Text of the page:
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Nurse Mobile Foot Clinic

A step to healthy feet - Tel: 0777 637 5988

Lisa Bainbridge

Thank you teresa for doing my mums feet today it was worth every penny mum is made up with the time and effort you spent on them and happy with the finishing result, she's also looking forward to seeing you again in 6 weeks yet again thank you so much x

What is the difference between a Podiatrist or Chiropodist and Foot Health Practitioner

 

People often ask “What is the difference between a Podiatrist/Chiropodists and Foot Health Practitioner (FHP)”?

The simple answer is they both offer a similar service which includes toenail trimming, corn and callus removal, verrucae and fungal treatments and the management of ingrown toenails – in a similar way to Assistant Practitioners (Podiatry) within the NHS.  Diabetic foot assessments and monitoring is also carried out by both, along with general advice and guidance on footcare and footwear.

There is no difference in qualification or seniority between a Chiropodist and Podiatrist within the United Kingdom.   Both may be qualified to the same standard and both must be regulated by the Health and Care Professions Council (HCPC).   The term Podiatrist and Podiatry has been adopted in recent years within the UK, over the term Chiropodist and Chiropody, as a more accurate title for the role undertaken.   The term Chiropodist originates from the Greek terms Chiro (meaning hand) and Pod (meaning foot).   Originally, Chiropodists would treat both hands and feet.   However, these days it is more common for the profession only to treat the feet, and therefore, the term Podiatrist has been adopted.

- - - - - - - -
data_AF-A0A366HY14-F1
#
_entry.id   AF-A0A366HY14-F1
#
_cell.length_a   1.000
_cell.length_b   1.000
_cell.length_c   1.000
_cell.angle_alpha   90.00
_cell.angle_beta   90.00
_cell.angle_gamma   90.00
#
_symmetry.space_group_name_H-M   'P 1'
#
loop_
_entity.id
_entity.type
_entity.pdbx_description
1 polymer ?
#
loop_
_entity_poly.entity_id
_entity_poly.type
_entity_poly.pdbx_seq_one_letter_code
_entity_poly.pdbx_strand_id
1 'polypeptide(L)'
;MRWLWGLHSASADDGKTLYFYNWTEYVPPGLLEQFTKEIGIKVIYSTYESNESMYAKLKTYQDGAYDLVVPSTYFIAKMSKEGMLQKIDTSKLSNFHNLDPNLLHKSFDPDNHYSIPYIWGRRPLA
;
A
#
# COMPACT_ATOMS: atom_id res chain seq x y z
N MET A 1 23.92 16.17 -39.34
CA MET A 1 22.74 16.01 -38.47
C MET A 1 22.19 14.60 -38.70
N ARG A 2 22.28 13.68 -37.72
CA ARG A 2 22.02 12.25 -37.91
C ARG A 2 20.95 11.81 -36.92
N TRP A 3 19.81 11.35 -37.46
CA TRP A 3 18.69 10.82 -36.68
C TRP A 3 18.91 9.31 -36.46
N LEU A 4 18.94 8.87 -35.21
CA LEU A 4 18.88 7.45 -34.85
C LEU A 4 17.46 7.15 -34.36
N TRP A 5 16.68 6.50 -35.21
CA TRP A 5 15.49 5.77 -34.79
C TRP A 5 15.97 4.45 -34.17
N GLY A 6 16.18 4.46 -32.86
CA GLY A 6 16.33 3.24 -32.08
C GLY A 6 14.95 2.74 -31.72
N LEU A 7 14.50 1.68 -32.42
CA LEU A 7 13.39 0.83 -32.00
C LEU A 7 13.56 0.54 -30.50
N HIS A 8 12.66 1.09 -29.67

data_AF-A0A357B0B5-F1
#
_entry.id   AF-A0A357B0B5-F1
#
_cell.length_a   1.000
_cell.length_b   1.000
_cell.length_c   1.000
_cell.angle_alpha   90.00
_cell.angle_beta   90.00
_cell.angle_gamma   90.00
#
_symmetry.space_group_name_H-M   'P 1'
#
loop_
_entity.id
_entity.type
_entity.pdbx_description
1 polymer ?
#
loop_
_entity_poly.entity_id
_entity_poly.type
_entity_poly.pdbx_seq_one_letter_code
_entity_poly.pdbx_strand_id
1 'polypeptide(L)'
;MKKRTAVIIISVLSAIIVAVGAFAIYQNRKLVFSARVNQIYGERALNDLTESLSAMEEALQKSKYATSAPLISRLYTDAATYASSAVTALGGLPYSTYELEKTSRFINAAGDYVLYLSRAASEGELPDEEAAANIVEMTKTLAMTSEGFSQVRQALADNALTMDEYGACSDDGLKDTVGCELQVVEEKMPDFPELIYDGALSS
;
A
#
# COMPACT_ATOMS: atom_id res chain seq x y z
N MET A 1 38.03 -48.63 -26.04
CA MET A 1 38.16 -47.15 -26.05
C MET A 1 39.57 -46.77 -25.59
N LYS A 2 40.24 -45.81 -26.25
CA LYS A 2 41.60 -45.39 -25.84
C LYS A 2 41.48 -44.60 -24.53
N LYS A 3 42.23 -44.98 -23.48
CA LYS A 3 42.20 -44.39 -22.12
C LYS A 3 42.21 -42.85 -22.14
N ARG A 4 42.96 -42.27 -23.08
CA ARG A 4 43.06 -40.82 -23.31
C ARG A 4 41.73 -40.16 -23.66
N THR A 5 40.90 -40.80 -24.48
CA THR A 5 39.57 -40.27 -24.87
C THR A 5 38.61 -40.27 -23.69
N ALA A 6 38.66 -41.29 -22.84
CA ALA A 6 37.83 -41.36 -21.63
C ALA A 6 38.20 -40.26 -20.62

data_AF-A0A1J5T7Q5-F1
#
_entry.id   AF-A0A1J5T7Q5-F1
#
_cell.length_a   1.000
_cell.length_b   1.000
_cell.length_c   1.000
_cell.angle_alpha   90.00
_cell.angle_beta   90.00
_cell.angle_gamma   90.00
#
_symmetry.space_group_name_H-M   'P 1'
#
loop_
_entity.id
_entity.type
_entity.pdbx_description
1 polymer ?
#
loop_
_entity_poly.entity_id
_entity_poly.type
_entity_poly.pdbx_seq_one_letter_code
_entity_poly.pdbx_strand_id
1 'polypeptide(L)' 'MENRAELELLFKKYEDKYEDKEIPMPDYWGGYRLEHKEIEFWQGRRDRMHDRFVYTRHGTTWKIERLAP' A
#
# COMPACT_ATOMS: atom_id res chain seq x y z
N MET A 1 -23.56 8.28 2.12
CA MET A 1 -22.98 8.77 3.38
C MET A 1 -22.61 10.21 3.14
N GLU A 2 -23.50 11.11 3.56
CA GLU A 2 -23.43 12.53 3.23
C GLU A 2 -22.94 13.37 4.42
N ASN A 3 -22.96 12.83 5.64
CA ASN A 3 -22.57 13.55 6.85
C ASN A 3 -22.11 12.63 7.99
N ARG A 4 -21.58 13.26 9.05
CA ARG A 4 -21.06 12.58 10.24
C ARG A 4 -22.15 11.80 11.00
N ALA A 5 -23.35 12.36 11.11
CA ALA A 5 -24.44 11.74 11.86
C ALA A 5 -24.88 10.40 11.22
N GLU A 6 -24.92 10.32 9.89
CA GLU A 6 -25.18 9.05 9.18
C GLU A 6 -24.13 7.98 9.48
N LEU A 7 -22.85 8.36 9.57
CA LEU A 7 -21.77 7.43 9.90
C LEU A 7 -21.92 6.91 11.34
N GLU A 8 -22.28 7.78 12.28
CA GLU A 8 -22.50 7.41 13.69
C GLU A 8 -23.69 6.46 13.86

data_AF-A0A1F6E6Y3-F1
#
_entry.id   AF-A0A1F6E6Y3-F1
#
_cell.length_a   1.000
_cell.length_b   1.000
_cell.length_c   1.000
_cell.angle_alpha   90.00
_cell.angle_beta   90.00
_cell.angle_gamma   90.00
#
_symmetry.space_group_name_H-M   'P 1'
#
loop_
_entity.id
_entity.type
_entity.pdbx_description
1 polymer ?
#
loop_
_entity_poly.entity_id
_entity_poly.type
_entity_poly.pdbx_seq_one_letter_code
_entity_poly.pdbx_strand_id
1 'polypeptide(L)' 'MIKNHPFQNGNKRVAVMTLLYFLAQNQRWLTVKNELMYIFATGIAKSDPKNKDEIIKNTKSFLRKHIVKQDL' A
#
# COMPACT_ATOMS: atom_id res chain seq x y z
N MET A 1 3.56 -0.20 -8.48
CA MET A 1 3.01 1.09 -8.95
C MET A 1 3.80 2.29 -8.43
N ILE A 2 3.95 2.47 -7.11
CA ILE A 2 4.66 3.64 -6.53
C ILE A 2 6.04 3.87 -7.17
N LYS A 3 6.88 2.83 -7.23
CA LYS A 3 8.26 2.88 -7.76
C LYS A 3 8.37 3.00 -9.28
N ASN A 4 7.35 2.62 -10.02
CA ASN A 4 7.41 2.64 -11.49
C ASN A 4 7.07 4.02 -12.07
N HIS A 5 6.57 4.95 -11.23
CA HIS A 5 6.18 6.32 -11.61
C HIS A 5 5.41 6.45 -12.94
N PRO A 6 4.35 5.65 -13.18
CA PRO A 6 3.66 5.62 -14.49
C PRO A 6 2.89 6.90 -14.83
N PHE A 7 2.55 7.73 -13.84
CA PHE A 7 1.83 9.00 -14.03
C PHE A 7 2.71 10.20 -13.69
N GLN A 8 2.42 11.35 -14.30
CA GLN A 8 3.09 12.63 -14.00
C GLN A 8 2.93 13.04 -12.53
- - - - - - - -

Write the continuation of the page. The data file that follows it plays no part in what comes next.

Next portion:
The title Podiatrist and Chiropodist are protected titles by law and may only be used by those who have completed appropriate training and registered with the Health and Care Professions Council.  A Foot Health Practitioner (FHP) is often diploma trained and is qualified to work in the private sector to undertake routine clinical work necessary to maintain the health of the foot.

As with Podiatrists and Chiropodists, Foot Health Practitioners should provide their services fully insured and those trained by The College of Foot Care Professionals will use safely sterilised instruments for each patient.

Foot Health Practitioners work with other healthcare professionals for the health and well-being of their patients and customers.  Foot Health Practitioners may visit their clients in their own homes and attend to clients in Nursing Homes.

Similar to Podiatrists and Chiropodists,  many Foot Health Practitioners establish their own surgery based premises in order to provide a service to the local community.  Foot Health Practitioners do not need to be registered with the HCPC, but as such, cannot call themselves by the protected titles of Podiatrist or Chiropodist.

Foot Health Practitioners will often refer patients via their GP surgery to other Allied Health Professionals within the NHS.   Within the NHS, patients may be treated by an Assistant Practitioner (Podiatry) or Podiatry Assistant – these are assistants to the Podiatrists and carry out similar duties, although they may be more restricted as to their scope of practice than Foot Health Practitioners in Private Practice.   Foot Health Practitioners in Private Practice and the Assistant Practitioner (Podiatry) roles within the NHS cannot prescribe Prescription Only Medications (POMs), but will often refer to a knowledgeable Pharmacist,  GP or senior Podiatrist.